Toshiba Corp., Sharp Corp. and at least 13 other makers of liquid-crystal displays were sued by retailer P.C. Richard & Son Inc. over claims they conspired to fix prices. Beginning about 1996, the companies “met in person or communicated by other means to agree on LCD product prices and the amount of LCD products each would produce,” according to the complaint filed today in federal court in Brooklyn, New York.
Three online retailers have agreed to pay more than $400,000 in total penalties to settle Federal Trade Commission (FTC) charges that they failed to post EnergyGuide information on their websites to inform consumers about the energy use of major home appliances they sell.
The agency also notified two other online sellers that it will seek a total of $640,000 in fines from them.
At International CES last week, Monster Cable hosted its annual Monster Retailer Awards event, and handed out trophies to several top companies in the CE business. The Long Island-based retailer P.C. Richard was the big winner, getting the “Gold” award for Most Monsterous Dealer of the Year, while also being named Most Monsterous Power Retailer. Other notable winners included the British company Comet (Global Gold Award), HDMI Licensing (Monster Partnership Awards), Sixth Avenue Electronics (Most Monstrous A/V Independent Specialist Chain), D&H Distributing (Most Monsterous Domestic Distributor), and Jason D. Skolnick of Sixth Avenue (Most Monstrous Retail Salesperson.) Monster described the criteria for
The New York-area cable giant Cablevision this week announced a unique deal with local electronics retailer P.C. Richard and Son in which those purchasing HDTVs and other products at P.C. Richard stores will be given a chance to sign up for Cablevision’s Optimum triple play services, which include iO digital cable, high-speed internet and phone service. In addition, Cablevision will provide its digital cable service to 35 of the stores themselves.
FEBRUARY Hueberger Leaves PRO, Workman Moves in PRO Group President/COO/Executive Director Roger Hueberger announces that he will be leaving the buying group after serving for 11 years. According to the PRO Group and Hueberger, a failure to come to agreeable terms on a new contract was cited as the reason for his departure. “I loved my 11 years at PRO, but both parties couldn’t agree on terms,” says Hueberger, noting that talks over his contract have been rocky for several months. “This wasn’t a big surprise; this started last summer.” Hueberger was made director of PRO Group in 1994, and in 1996 was
Hueberger Leaves PRO, Workman Moves in PRO Group President/COO/Executive Director Roger Hueberger announces that he will be leaving the buying group after serving for 11 years. According to the PRO Group and Hueberger, a failure to come to agreeable terms on a new contract was cited as the reason for his departure. “I loved my 11 years at PRO, but both parties couldn’t agree on terms,” says Hueberger, noting that talks over his contract have been rocky for several months. “This wasn’t a big surprise; this started last summer.” Hueberger was made director of PRO Group in 1994, and in 1996 was promoted to chief operating officer.
Don’t roll the closing credits for “the neighborhood electronics store” yet. Plenty of small-in-size but rich-in-history retail operations are still going strong in 2006. Case in point: Cuba TV, run by Miguel Alfonso and the Alfonso family on Summit Avenue in Union City, N.J. Though they are surrounded by fierce competitors like P.C. Richards and Circuit City, the Anfonso’s have held fast as a community institution for nearly 35 years. “We are almost like a barber shop,” says Alfonso. “One guy comes in for a battery and stands there and starts talking and then some other customers come in and join the conversation.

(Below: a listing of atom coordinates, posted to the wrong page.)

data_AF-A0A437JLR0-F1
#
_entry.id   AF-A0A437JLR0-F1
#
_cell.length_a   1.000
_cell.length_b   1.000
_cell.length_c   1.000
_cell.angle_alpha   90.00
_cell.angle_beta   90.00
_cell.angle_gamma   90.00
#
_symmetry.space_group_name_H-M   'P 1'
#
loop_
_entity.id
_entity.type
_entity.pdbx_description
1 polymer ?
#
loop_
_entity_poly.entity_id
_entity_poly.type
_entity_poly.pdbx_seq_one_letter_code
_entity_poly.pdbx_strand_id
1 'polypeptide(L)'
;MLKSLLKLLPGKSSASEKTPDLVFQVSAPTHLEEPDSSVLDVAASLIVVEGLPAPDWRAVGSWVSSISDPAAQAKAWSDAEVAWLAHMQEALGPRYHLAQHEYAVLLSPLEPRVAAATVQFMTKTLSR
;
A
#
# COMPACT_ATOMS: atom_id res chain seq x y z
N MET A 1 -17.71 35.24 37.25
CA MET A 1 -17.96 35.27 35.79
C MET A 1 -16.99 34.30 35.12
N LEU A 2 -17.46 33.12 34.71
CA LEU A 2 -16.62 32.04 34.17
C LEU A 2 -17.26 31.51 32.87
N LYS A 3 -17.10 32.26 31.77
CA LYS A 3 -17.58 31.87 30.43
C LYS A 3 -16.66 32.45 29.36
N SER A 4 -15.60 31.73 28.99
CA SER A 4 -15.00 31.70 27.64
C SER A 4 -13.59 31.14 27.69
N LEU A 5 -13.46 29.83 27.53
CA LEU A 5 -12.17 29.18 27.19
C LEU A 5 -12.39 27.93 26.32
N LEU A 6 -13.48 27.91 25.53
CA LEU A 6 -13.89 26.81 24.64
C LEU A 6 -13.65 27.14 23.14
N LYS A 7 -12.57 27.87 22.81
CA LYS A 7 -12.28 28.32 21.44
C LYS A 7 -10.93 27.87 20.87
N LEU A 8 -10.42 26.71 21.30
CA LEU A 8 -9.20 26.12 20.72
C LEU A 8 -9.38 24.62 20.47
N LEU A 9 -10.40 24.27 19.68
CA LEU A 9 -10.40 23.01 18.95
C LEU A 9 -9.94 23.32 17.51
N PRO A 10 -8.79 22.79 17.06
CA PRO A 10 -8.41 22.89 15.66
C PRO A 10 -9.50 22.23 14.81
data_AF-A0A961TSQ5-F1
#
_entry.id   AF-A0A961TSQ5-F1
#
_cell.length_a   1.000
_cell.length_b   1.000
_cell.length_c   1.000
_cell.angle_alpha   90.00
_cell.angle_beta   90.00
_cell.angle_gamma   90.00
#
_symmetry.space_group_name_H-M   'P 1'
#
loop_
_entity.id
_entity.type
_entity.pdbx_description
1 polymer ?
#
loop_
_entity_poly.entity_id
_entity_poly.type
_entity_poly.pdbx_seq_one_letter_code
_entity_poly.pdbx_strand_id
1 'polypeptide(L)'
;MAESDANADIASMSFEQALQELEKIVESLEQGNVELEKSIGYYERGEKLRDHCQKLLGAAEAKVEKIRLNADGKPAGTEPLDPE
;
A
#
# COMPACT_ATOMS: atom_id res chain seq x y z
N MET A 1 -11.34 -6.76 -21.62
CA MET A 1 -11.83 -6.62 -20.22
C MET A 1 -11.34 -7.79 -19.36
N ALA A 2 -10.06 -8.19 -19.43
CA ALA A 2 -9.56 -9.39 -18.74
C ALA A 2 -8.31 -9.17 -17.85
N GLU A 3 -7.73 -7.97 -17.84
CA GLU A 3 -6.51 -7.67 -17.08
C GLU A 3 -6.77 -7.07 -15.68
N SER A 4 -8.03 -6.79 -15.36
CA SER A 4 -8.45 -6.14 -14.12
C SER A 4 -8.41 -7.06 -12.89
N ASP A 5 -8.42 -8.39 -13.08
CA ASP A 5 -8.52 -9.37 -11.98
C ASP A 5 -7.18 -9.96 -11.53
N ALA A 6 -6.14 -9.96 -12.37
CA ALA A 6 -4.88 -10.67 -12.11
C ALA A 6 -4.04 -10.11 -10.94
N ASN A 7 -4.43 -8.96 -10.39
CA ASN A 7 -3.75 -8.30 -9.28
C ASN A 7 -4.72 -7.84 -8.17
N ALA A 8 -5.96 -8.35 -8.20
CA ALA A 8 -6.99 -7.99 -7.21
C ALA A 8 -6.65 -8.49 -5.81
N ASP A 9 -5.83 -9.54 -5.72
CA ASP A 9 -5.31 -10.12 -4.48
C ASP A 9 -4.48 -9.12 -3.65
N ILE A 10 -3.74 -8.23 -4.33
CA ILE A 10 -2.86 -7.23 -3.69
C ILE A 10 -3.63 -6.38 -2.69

At the CEA Fall Forum in San Francisco a notable list of CE veterans and inventors were inducted into the organization’s Hall of Fame. On the list from the retail community was John Roach, a longtime employee of Tandy Corportation who was responsible for bringing personal computing to retail with the TRS-80 PC, which began selling at RadioShack stores in 1977. He was instrumental in helping to promote the personal computer to the consumer market and in 1981 became one of the youngest CEOs in the country. In 1982, he was appointed Chairman of Tandy. He retired from the company in 1999. Also honored
It’s no surprise to any retailer that the hey day of DVD is over. With $30 DVD players selling in aisle five of the grocery store, DVD has fast become a low-margin, commodity product. So it makes sense for retailers to hail the coming of high definition DVD—HD DVD or Blu-ray—as a boost to better margins. But the sale of these players may not be so easy. Incompatible formats, digital copy protection limitations and consumer unawareness all contribute to this category’s status as a hard sell. But with HD DVD now ready to ship, retailers will have to develop a strategy. Dealerscope interviewed some
Most consumers know what to expect when they go store-hopping on a quest for a new appliance—row upon row of large white, chrome and obsidian boxes gleaming like some sort of post-modern Stonehenge under the relentless glow of fluorescent lighting. While this is a time-honored method for displaying large items like dishwashers, stoves and washing machines, it doesn't exactly replicate the products' intended final destination—the consumers' home. In fact, some shoppers are overwhelmed by the prospect of choosing their next major purchase in this kind of environment. However, other consumers are diametric opposites, preferring to see a wide variety of products in one location